Washington (CNN)Day by day, clicking into the horrific stories, seeing the disturbing comments by government officials representing or defending the “other side” of systemic racism and watching videos of Black bodies being hurt on television really does raise the question: Do I matter?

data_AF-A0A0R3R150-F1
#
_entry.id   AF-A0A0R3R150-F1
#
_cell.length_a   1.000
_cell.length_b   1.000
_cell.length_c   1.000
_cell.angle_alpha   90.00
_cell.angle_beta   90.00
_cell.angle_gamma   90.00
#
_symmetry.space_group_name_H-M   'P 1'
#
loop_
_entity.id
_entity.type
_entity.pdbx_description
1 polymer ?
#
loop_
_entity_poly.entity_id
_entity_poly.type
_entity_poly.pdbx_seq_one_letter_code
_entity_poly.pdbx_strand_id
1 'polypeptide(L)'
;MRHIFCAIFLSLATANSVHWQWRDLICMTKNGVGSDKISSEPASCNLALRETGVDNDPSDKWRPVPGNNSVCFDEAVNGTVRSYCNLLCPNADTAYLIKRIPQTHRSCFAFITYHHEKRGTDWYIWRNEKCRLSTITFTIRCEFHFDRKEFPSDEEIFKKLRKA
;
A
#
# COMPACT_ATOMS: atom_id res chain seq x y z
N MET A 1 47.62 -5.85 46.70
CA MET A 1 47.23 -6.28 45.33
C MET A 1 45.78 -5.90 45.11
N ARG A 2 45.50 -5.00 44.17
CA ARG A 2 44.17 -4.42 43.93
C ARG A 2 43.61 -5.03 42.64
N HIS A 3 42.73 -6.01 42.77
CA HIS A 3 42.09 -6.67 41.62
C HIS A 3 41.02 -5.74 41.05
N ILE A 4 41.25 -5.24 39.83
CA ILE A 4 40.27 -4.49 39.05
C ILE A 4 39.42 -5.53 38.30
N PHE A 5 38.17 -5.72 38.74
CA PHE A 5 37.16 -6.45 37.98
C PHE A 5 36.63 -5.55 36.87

This question doesn’t just arrive in the sense that does my Black life matter — we all should know this to be unequivocally true by now — but how does my role as a journalist matter? Polls show widespread support of Black Lives Matters protests and varied views on how to reform policeI work at an international news organization and I hold the power to publish social media posts and videos online as well as suggest stories to write and place on the site based on what’s trending in US politics. I do this objectively or without personal influence, but I can’t ignore my emotions when right now, the story that’s trending is how do we address the inequality, oppression and unconscious bias that disproportionally affects the success and well-being of myself and other people who look like me. Being a journalist at this time is tough. Being a professional trying to keep their head above water and do their job is tough. Being a human confronted by and challenged on long-held beliefs we knew and didn’t know we had is tough. But most evidently, being Black in America is tough — all the time. Read MoreAs Black people, most of us are often swallowing our fear, our passion, our skepticism, our anger to make sure we don’t come off too strong, too aggressive or overly expressive for our white colleagues and non-Black counterparts who fill the spaces we occupy. We know the world we operate in and we are constantly calculating our moves, even when we are resolved to make bold declarations, because we know things can go sideways real quick. Not having these worries, these burdens is privilege. America is having a moment … will you be part of it?Even as I pitched the idea to write this type of personal essay I started to think, am I going too far, how would this affect my future, are other Black people going to feel represented and empowered with this? What are the other side effects to me publicly calling out my feelings against white supremacy and racism on a large platform? To be frank, it’s ridiculous that I feel like I can’t talk about my opposition to racism plainly and have these thoughts of negative repercussions cross my mind. This should not be an issue of contention or have any concern with journalistic ethics. Racism is bad, period. I think this moment in America is really making us all hold up a mirror to see some ugly truths. Truths that expose us to our egotistical mindsets, coddled fragility and woeful ignorance. And yes I am talking to white people more specifically, but this work needs to be done across the board in many intersections of race, ethnicity and gender to result in widespread change. Narrowing things back down to my environment at work, in one of America’s largest and most powerful newsrooms, we have to be more intentional about the stories we tell, who is telling them and how they are being told. There’s an examination that needs to happen at CNN, too. I remain hopeful based on what our internal response has been, so far. A guide to how you can support marginalized communitiesI am not writing this to put all the blame on others. I have a role in this, and I have started to feel more empowered in this moment, but I certainly cannot do it alone and should not feel the need to be the spokesman for anti-racism. I, like many Black people, have been telling the world about these type of daily micro aggressions and overt racist acts we regularly endure, but we weren’t being believed. Journalists have the responsibility to become allies in this fight against racism. Our job is about empathy, communicating people’s stories and emotions, and upholding the values of freedom and the pursuit of happiness found in the same Constitution that we use to do our jobs. My allies in this industry and allies across the country have to step up and help Black, Brown and other marginalized groups feel supported and safe to speak their minds in every environment. Only then can we truly begin to heal from the deep-rooted pain, dehumanization and prejudice that is embedded in the systems of this country.In my most Texan voice: It’s going to take a whole lot of learning and unlearning, y’all. I just hope we are ready to sustain this energy and continue on this road with changed behaviors and new policies in our institutions. That’s the only way we have less tragic endings for the Breonna Taylors, Ahmaud Arberys and George Floyds of the world.Luqman Adeniyi is an associate producer.